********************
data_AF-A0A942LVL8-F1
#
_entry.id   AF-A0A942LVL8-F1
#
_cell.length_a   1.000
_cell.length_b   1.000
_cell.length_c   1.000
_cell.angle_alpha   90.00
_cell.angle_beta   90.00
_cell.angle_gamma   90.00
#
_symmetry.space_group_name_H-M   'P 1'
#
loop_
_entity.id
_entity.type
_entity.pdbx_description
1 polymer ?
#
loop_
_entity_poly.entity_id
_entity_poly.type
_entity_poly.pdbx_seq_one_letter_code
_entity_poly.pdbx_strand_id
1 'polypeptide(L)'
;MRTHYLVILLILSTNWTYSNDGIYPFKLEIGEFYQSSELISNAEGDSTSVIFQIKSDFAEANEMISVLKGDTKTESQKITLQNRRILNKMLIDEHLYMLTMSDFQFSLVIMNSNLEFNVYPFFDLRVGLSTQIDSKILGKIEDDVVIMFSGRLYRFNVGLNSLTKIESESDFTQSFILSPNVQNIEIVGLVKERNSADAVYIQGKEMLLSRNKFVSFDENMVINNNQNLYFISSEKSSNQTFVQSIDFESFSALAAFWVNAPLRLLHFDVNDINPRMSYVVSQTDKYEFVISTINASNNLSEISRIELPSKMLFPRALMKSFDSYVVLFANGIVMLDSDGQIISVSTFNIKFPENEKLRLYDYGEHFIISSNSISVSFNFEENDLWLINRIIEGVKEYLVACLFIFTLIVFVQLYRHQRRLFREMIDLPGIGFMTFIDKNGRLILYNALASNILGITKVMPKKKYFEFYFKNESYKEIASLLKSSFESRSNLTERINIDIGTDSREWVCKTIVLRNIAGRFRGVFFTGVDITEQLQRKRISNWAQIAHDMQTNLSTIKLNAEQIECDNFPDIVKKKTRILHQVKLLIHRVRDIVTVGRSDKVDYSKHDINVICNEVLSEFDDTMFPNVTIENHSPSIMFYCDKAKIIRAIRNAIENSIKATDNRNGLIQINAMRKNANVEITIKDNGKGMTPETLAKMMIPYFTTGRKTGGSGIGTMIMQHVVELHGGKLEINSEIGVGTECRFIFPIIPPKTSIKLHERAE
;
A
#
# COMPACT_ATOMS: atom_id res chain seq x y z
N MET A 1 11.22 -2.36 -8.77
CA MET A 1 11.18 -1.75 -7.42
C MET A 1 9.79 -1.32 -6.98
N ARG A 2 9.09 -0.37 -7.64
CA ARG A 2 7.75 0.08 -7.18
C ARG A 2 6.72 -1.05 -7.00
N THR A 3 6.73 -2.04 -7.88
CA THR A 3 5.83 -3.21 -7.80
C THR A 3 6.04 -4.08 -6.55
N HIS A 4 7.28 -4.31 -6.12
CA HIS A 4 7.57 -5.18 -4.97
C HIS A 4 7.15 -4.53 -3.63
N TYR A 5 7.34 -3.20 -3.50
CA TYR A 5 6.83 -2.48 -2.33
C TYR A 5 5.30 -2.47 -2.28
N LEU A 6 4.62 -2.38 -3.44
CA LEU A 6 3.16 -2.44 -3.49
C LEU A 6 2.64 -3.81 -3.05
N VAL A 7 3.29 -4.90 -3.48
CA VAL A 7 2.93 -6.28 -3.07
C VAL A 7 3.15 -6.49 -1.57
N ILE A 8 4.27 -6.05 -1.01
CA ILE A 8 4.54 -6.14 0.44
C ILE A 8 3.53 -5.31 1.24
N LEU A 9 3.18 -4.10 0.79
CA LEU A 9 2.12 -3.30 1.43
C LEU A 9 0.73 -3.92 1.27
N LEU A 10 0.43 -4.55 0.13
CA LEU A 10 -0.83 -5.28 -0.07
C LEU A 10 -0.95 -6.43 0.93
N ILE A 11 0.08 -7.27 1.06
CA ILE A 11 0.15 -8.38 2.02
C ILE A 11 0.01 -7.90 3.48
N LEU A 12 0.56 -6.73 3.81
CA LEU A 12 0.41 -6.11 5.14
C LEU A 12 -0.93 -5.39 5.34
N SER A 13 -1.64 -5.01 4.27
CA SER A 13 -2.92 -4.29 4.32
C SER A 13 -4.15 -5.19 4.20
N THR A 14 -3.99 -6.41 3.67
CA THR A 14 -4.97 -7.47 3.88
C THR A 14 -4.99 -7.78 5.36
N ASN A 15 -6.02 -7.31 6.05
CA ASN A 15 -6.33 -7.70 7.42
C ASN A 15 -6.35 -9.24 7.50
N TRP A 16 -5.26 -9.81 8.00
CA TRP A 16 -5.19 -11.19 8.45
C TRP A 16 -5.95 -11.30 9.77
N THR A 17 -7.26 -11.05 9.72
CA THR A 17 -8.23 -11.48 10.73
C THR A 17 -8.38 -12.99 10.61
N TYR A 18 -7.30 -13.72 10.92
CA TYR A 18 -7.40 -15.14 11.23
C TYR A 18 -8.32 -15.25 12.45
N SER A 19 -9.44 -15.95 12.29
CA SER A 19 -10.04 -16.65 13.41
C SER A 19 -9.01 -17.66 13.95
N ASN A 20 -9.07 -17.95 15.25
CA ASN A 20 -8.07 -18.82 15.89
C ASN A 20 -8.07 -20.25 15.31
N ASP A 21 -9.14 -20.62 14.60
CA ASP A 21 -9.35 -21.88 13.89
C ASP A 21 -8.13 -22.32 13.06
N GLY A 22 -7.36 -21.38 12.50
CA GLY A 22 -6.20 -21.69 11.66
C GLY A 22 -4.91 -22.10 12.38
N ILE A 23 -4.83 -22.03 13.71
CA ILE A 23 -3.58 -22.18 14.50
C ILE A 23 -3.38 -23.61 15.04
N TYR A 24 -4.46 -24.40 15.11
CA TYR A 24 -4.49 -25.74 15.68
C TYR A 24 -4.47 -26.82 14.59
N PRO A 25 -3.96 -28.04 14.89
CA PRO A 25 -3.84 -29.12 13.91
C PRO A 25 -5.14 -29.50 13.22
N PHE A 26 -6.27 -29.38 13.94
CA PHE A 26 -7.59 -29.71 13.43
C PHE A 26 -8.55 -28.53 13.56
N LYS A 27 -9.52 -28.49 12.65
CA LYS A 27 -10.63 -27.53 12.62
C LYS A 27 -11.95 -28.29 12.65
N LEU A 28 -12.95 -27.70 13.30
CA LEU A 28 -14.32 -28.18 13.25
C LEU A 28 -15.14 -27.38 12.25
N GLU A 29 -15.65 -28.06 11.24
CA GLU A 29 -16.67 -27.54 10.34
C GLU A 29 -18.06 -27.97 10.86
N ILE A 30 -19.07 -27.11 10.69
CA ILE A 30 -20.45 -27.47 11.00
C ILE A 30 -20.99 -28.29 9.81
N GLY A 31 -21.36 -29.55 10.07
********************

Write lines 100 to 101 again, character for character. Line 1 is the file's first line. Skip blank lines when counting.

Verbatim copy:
N TYR A 24 -4.46 -24.40 15.11
CA TYR A 24 -4.49 -25.74 15.68